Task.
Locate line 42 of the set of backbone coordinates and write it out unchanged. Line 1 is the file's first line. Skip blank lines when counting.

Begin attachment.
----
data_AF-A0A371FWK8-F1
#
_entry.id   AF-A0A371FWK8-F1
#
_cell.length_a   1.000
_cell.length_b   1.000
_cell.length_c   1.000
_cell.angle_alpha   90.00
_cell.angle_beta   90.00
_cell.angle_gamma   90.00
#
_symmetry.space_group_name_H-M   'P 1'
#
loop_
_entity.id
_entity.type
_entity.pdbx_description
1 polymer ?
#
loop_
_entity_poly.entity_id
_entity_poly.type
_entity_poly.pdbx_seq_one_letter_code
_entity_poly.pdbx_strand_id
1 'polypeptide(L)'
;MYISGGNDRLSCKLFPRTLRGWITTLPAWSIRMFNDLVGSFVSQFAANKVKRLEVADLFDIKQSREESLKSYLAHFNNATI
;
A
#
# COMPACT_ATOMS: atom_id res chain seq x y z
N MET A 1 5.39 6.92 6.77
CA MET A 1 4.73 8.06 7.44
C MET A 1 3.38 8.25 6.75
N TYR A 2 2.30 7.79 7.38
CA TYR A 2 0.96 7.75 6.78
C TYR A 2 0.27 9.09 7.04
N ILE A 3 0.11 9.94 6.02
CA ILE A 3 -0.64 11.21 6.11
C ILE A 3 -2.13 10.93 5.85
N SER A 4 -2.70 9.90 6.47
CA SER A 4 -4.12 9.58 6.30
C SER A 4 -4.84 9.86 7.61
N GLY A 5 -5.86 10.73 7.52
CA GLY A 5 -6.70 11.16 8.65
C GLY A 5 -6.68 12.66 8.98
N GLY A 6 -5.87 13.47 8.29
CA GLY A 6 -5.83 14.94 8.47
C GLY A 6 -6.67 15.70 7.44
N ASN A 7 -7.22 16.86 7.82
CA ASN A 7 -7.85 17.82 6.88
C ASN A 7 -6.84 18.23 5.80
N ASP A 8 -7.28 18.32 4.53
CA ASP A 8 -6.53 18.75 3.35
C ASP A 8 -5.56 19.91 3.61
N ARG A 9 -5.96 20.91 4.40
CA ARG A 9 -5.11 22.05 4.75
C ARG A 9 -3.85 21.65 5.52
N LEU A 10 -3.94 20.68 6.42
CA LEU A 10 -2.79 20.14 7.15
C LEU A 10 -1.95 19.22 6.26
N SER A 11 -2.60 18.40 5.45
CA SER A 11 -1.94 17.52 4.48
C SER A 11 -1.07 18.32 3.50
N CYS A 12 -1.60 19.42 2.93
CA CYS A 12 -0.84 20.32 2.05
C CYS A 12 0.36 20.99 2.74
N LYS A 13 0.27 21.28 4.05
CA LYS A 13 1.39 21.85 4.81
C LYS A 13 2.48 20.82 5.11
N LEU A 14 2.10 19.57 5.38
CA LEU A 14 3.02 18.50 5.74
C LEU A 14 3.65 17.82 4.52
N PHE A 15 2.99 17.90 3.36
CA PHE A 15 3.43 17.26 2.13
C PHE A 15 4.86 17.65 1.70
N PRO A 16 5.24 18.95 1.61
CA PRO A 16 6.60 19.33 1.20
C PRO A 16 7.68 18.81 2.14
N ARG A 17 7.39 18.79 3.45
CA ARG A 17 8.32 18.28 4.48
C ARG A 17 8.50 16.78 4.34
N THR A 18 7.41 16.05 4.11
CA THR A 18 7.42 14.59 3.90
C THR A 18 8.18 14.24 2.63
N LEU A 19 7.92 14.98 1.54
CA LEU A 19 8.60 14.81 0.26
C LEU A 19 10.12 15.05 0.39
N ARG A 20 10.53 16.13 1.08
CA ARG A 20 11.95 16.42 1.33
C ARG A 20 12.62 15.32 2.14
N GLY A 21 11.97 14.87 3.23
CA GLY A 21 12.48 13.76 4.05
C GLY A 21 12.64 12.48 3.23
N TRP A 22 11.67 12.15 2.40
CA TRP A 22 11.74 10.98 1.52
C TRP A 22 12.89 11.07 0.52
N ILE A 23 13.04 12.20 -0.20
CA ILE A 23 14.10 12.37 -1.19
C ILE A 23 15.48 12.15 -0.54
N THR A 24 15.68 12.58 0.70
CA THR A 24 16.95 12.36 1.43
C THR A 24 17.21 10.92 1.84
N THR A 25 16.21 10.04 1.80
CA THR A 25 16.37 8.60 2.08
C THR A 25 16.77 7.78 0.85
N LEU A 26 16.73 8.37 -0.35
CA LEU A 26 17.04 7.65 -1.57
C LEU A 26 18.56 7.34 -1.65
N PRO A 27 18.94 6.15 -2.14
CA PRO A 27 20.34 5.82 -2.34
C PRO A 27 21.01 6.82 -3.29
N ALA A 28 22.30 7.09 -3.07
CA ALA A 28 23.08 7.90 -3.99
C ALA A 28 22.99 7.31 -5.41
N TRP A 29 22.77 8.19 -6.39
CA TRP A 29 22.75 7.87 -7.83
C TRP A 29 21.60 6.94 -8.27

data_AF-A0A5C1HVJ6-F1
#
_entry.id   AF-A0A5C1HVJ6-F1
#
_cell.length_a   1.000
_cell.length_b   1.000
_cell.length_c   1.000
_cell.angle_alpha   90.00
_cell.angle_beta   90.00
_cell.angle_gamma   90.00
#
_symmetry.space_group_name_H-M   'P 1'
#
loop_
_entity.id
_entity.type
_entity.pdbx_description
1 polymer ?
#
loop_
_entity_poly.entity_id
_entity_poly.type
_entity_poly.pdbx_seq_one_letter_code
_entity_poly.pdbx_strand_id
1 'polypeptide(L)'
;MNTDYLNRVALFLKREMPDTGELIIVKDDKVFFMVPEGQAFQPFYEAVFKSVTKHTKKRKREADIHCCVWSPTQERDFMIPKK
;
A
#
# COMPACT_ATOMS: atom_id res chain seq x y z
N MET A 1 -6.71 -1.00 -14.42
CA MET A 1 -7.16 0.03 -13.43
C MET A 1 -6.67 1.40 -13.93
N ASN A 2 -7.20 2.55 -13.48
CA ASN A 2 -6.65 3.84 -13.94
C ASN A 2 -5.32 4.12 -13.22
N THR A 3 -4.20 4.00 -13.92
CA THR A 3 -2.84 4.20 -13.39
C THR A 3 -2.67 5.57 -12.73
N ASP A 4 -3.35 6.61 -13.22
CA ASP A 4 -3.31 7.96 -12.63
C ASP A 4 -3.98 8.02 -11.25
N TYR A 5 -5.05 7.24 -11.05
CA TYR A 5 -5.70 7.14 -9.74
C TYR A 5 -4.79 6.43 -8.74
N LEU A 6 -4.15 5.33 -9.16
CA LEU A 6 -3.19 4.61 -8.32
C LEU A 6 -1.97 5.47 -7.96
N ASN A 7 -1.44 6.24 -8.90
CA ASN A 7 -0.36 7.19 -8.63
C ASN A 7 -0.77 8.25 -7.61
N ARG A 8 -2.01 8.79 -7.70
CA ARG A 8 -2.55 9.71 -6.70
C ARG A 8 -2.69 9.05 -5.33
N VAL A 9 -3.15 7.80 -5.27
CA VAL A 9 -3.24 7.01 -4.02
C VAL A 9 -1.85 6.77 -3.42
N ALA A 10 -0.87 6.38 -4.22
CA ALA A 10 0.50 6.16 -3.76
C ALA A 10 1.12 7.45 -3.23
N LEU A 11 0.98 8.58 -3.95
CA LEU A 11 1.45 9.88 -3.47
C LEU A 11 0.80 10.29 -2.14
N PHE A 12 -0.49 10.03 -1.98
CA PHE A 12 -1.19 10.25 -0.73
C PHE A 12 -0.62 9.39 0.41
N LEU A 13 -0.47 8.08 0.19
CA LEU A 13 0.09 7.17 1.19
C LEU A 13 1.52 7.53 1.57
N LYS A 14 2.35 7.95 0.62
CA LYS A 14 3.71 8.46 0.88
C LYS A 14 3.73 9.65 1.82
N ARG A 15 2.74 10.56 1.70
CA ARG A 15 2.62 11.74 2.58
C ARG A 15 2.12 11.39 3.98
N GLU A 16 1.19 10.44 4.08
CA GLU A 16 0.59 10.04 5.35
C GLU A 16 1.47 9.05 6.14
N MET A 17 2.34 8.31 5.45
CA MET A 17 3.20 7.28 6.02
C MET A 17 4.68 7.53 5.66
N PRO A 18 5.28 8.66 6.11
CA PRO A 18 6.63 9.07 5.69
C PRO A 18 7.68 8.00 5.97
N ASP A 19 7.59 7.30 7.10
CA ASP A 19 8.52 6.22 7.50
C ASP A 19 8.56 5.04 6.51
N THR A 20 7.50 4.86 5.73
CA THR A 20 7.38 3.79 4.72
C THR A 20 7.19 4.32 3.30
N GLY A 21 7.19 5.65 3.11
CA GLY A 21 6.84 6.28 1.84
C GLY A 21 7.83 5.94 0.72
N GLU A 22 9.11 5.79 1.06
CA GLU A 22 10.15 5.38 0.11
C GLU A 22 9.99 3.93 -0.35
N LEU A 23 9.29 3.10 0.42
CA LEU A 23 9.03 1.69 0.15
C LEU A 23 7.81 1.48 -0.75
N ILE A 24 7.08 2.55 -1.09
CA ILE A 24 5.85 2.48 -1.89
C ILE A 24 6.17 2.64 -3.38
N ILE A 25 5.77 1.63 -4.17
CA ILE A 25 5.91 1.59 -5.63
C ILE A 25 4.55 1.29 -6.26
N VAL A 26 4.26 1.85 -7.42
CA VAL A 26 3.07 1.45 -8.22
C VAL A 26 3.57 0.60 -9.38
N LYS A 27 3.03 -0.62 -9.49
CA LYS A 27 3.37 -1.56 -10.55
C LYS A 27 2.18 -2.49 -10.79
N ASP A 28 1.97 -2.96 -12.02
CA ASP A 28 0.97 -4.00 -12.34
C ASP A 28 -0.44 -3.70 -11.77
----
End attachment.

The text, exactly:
C SER A 4 -4.84 9.86 7.61